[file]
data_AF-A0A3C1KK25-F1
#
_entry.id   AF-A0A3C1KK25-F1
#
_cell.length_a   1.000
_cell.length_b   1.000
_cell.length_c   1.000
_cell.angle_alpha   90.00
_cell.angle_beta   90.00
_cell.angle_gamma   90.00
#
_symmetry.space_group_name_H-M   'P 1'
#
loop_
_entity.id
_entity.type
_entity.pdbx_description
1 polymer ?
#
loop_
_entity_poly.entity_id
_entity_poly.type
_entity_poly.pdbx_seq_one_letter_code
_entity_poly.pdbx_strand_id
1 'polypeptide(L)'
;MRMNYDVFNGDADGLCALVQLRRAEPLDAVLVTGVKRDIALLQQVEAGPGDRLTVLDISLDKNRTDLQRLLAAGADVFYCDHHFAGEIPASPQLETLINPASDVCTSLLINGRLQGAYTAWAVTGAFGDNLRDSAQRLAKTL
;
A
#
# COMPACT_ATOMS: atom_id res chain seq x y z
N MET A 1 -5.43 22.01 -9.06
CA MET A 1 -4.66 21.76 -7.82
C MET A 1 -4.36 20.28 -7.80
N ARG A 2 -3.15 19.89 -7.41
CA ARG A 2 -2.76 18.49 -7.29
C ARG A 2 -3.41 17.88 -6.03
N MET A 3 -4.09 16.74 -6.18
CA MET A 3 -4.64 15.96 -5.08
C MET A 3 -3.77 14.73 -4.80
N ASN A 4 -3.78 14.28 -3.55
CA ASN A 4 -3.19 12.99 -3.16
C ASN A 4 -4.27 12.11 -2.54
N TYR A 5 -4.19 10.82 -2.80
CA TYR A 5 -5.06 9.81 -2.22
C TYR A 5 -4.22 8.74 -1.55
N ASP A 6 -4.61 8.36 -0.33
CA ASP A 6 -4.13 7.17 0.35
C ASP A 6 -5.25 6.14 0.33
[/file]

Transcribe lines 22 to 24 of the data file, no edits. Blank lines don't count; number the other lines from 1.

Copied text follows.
_entity_poly.type
_entity_poly.pdbx_seq_one_letter_code
_entity_poly.pdbx_strand_id